Australian Red Cedar gains popularity in Brazil

Domestically grown Australian Red Cedar (Toona ciliate), one of Australia’s few native deciduous trees, is gaining popularity in Brazil. This timber is also known as toon or toona, Burmese Cedar, Indian Cedar, Moulmein Cedar or Queensland red cedar. It is also sometimes called Indian Mahogany.

Australian Red Cedar grown in Brazil has started to replace high value native timbers such as Brazilian Cedar (Cedrela fissilis) and Mahogany (Swietenia macrophylla). The domestic market for sawn wood of around 25 million cubic metres can readily absorb timber from plantation thinnings of Red Cedar, which can be used for fine finish products in civil construction such as boards and batten panelling, doors, windows and furniture. Logs can also be used to produce decorative veneers. Australian Red Cedar is harvested at 15 years when trees are over 50cm in diameter. Thinnings of eight-year-old Cedar generate an early financial return. Reports suggest that thinnings from one hectare of plantation can produce around 30m3 of sawn wood. Currently, sawn wood produced from thinnings attracts a price in the region of R$ 1,500 per m3. One hectare of mature logs at the final harvest is said to generate around 100m3 of sawn wood.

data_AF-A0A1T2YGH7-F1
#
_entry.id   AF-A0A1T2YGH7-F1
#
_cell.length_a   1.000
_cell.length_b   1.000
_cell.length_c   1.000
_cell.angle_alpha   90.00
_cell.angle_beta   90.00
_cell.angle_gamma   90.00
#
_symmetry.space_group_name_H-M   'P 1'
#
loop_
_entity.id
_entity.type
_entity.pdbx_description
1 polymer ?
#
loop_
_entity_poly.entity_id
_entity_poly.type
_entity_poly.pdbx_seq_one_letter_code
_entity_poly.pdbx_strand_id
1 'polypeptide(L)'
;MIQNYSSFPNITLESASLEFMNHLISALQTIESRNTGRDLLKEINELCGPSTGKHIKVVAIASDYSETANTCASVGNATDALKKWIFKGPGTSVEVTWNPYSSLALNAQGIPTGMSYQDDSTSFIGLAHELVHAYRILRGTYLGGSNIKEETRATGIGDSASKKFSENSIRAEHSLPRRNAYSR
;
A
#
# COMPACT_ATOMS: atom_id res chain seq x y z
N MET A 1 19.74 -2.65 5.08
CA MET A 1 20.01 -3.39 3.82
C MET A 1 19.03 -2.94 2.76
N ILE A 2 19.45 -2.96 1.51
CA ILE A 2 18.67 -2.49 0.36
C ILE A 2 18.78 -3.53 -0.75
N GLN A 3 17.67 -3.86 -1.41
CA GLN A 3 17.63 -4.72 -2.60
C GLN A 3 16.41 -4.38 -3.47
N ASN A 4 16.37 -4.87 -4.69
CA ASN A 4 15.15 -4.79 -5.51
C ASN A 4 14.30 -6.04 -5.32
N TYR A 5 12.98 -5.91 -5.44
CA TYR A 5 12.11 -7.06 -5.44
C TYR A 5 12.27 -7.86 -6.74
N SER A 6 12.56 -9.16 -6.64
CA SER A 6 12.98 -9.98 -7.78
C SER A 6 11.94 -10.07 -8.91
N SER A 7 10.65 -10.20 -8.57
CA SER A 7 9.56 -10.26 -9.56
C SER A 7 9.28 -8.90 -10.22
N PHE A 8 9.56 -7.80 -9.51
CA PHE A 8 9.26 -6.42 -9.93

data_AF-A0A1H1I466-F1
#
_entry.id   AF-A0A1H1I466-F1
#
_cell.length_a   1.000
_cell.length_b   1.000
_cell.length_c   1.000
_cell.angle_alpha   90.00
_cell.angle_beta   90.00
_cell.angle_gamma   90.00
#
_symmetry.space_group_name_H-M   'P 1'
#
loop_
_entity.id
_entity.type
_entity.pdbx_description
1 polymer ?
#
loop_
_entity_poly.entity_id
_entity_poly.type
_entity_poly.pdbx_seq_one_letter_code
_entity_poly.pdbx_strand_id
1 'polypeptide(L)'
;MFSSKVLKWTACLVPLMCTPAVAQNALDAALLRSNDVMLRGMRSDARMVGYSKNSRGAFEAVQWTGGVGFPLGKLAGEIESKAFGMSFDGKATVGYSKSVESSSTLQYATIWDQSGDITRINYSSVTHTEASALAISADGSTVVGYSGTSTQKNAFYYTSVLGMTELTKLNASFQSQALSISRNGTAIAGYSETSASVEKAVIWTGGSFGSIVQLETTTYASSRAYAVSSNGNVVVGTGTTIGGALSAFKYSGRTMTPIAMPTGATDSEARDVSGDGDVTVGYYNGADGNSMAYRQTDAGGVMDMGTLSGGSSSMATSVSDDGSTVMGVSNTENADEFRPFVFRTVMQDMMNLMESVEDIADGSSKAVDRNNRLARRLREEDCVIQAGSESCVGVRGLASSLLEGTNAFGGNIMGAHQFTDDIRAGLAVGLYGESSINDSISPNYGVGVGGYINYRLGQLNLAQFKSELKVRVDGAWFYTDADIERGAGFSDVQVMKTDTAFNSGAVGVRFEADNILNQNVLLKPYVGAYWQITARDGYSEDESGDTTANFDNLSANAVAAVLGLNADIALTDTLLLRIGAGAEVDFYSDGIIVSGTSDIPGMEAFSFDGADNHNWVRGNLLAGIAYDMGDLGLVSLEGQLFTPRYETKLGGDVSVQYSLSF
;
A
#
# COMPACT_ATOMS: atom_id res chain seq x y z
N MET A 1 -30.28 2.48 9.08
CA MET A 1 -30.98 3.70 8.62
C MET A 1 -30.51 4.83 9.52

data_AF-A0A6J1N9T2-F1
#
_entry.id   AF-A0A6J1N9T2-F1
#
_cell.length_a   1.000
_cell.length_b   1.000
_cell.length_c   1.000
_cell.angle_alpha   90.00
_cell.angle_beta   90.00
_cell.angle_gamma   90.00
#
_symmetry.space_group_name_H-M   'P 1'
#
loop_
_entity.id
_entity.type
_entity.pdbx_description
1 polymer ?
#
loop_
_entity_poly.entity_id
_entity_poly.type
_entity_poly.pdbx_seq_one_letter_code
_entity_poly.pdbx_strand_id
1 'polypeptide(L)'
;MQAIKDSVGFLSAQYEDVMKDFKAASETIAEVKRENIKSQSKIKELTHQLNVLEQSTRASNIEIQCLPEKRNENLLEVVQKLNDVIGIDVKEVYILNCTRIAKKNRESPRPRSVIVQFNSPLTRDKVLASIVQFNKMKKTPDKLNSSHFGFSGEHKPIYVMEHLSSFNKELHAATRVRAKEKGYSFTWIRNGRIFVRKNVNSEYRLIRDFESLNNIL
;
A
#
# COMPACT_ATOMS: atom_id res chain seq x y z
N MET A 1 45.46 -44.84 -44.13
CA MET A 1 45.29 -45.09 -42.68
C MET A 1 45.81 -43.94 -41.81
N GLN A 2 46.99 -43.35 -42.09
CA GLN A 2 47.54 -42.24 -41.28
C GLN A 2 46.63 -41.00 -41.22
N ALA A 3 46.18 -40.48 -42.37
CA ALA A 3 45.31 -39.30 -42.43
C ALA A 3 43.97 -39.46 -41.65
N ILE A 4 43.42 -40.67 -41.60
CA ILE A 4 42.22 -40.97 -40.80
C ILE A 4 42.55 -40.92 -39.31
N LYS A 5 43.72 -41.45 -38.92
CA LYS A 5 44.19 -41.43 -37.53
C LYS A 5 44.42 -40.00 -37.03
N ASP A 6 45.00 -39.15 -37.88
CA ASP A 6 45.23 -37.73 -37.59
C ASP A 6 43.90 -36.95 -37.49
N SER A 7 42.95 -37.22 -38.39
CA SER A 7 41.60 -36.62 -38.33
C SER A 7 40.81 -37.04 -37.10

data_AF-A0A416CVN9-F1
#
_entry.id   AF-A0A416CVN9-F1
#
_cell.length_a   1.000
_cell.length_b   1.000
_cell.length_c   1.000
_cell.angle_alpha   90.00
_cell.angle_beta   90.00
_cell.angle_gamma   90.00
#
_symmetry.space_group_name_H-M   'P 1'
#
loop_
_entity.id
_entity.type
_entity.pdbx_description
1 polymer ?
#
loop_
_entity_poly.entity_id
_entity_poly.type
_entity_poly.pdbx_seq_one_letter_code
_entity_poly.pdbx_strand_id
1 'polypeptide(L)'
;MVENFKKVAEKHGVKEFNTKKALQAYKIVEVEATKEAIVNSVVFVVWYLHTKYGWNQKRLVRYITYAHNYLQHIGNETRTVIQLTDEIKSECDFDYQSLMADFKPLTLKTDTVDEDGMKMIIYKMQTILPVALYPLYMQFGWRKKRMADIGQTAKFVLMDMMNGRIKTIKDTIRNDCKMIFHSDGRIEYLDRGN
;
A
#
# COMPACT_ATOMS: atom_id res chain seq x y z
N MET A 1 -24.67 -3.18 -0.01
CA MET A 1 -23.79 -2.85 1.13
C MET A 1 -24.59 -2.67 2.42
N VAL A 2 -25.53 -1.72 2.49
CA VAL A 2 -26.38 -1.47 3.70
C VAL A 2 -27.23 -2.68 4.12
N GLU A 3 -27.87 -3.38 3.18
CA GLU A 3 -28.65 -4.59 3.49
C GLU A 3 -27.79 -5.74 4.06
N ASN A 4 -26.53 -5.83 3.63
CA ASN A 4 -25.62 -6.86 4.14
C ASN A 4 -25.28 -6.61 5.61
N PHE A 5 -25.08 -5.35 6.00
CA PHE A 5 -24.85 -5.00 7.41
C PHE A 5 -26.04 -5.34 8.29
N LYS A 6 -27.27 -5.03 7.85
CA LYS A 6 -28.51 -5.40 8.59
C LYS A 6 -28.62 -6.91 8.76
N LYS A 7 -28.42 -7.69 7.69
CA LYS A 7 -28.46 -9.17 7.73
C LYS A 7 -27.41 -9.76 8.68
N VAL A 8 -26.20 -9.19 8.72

Source: ITTO